- The VIP-key cost the equivalent of about two cents in US Dollars.
- 15% of the VIP-keys were active.
- They showed a 14.5% increase in activity between floors.
- There a was a 21.7% increase in time spent in the shopping center.
For more information on enhancing your customers’ retail experience, please visit our About page.
Photo Credit: Physical Cookie
Wednesday, 25 February 2015
Interactive Customer Experience Association (ICXA) will host its first annual ICX Summit in Chicago on June 29-30, 2015.
Louisville, KY (PRWEB) - Networld Media Group today announces the launch of the Interactive Customer Experience Association (ICXA), which will promote and accelerate the convergence of customer experience technologies and disciplines across all consumer channels.
“The need for ICXA reflects a rising emphasis among brands to create superior customer experiences through multiple technologies,” said Networld Media Group’s CEO, Tom Harper. “Our membership unites professionals from such disciplines as customer experience and service, loyalty, merchandising, marketing, sales, and retail operations.”
Technologies employed by these innovators encompass CRM, POS, digital display, self-service, e- and m-commerce, mobile payment, and much more. ICXA represents a broadening of scope to understand how various technologies can be combined to create unique and unprecedented consumer experiences.
ICXA will host its first annual ICX Summit in Chicago on June 28-30, 2015. Keynote speakers include Blaine Hurst, EVP of Panera Bread and Paul Price, CEO of Creative Realities.
The soon-to-be-launched ICXA.org website will feature a members-only education archive, including videos, webinars and podcasts covering the association’s educational activities. The site will also offer an industry blog and supplier directory.
To jumpstart its launch, ICXA is merging with and absorbing the full membership of the Digital Screenmedia Association (DSA), which had focused previously on the self-service, kiosk, and digital signage technology segments.
“The DSA board is excited about this new direction,” said Bill Lynch, DSA president and new ICXA board member. “The emerging customer experience market encompasses all of our member industries and much more. Our research into market trends and member needs finds most DSA members either expanding into broader customer experience solutions or aligning with partner companies. It became clear that our association must evolve to better serve the expanding needs of our members.”
Existing DSA members will receive full membership in ICXA and enjoy increased benefits with additional learning, networking and peer groups. Technology innovators and suppliers will be invited to participate as instructors in a new online learning series.
Under the leadership of Executive Director Scott Slucher, the new ICXA will continue to expand and develop membership across such industry verticals as banking and payments, retail and restaurant, healthcare, hotel and entertainment, education and government. Slucher brings to his new role many years of professional experience in sales and marketing, digital media, and market research disciplines. His specialty is helping organizations make deeper connections within their industries.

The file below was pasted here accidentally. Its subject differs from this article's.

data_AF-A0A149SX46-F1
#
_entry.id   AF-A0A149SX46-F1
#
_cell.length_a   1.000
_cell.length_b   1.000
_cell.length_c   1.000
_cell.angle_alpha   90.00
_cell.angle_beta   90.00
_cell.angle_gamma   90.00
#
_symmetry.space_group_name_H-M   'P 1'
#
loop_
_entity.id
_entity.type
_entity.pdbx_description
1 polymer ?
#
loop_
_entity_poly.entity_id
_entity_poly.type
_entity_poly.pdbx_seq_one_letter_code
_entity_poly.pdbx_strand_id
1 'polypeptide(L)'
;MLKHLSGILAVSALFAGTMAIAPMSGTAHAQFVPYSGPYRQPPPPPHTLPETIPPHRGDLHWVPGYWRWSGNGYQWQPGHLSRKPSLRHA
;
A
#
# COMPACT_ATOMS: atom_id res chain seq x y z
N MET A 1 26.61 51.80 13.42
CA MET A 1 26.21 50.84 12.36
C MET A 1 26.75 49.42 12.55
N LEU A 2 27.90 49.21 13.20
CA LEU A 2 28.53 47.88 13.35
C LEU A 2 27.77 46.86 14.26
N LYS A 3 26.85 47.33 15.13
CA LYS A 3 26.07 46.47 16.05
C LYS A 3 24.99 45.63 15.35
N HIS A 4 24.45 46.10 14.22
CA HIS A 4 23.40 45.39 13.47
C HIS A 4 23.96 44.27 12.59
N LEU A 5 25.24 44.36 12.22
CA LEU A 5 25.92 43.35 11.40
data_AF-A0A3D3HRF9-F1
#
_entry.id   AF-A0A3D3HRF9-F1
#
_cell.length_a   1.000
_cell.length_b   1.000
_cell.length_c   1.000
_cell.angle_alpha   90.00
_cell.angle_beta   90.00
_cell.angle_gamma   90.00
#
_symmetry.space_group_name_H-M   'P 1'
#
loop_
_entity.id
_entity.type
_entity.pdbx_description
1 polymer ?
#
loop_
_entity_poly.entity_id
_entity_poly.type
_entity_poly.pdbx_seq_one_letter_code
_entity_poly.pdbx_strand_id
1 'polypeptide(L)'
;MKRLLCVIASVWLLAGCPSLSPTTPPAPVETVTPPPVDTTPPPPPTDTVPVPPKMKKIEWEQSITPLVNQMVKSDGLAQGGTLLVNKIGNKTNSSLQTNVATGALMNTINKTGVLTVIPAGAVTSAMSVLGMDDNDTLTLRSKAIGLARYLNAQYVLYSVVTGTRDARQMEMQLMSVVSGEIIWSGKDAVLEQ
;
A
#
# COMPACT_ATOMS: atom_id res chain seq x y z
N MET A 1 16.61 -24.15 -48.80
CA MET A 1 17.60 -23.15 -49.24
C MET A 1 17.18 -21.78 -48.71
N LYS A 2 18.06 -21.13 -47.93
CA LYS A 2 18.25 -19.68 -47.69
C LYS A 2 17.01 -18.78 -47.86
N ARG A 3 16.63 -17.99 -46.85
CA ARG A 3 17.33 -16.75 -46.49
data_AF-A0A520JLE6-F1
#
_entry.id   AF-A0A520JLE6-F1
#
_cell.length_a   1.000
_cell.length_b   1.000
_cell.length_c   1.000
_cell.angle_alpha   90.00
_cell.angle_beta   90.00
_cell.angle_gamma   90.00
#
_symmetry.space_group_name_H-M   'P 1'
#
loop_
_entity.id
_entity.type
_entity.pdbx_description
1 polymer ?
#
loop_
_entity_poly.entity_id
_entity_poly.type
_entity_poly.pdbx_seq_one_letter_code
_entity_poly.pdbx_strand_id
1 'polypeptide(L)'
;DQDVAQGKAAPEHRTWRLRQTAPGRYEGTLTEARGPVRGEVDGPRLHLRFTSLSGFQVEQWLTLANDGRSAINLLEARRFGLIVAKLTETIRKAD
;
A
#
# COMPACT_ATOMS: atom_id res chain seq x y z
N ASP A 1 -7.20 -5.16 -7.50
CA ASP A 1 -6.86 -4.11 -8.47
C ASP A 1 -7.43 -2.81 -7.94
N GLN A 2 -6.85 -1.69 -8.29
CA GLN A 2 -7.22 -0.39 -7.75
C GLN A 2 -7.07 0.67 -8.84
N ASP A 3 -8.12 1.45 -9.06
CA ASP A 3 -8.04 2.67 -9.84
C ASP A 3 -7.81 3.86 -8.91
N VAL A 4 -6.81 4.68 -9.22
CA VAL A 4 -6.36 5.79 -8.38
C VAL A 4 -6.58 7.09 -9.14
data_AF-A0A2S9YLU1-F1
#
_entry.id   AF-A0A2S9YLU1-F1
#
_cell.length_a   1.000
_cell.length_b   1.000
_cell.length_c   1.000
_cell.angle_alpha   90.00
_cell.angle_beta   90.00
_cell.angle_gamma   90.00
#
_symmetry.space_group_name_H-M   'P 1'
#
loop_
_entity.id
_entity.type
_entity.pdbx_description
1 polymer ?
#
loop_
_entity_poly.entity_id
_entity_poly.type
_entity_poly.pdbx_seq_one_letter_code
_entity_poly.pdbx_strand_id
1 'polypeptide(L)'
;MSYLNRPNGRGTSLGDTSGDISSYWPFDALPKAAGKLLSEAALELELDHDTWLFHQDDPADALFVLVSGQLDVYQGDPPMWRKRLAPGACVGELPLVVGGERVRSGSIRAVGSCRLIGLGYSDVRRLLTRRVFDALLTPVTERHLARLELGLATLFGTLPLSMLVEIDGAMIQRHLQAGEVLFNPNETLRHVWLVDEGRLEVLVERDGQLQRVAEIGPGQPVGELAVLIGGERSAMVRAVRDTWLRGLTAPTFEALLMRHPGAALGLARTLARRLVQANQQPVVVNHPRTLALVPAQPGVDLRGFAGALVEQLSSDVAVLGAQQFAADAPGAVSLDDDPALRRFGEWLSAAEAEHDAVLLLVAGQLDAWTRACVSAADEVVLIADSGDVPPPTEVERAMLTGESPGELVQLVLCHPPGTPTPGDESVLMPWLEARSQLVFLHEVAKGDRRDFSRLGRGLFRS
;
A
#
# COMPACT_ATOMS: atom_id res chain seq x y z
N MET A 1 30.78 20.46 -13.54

About Networld Media Group
Founded in 2000, Networld Media Group is a leading business-to-business (B2B) media communications company specializing in digital media, associations and events in the mobile, self-service, digital signage, retail, food service and financial services industries. Online properties include ATMmarketplace.com, DigitalSignageToday.com, FastCasual.com, PizzaMarketplace.com, KioskMarketplace.com, MobilePaymentsToday.com, VirtualCurrencyToday.com, QSRweb.com, RetailCustomerExperience.com and ChurchCentral.com. The company produces executive summits in the fast casual, retail, ATM and mobile payments industries. Its custom media division develops Web sites, premium content and marketing services for associations such as the ATM Industry Association and the Electronic Funds Transfer Association.
Friday, 13 February 2015
Vice President New Business Development - Displays/Merchandisers
Frank Mayer and Associates
With more than 20 years of experience at trade shows, I have attended more than 100 shows. While each show is different, I seem to always take a similar approach to each one.
I’d like to share my 7-part game plan for playing the trade show field with you. Hopefully, this rulebook helps you accomplish your goals in an efficient manner.
1. Know the Playbook: Almost all trade shows have a Pre-Show Planner on their web site. These planners can assist your company in tailoring your game plan for the show.
The amount of companies exhibiting at a show is overwhelming. You want to know which of your targets will be there before the show kicks off so that you avoid leaving a prospect without coverage. At the same time, you don’t want to rush the passers so make sure to work with your teammates. If you and multiple colleagues are going to the same show, be sure to know who will be tackling which exhibitor or event. You don’t want to double up – wasting your time and making your company seem unprepared/non-communicative.
You may be able to set up certain plays before the show by finding information on prospects via LinkedIn, the company’s website or even the trade show’s publication. Finding this information can enable you to leverage the meeting systems within the trade show organization. Consider establishing a quick meeting ahead of time to page through visual examples and capabilities.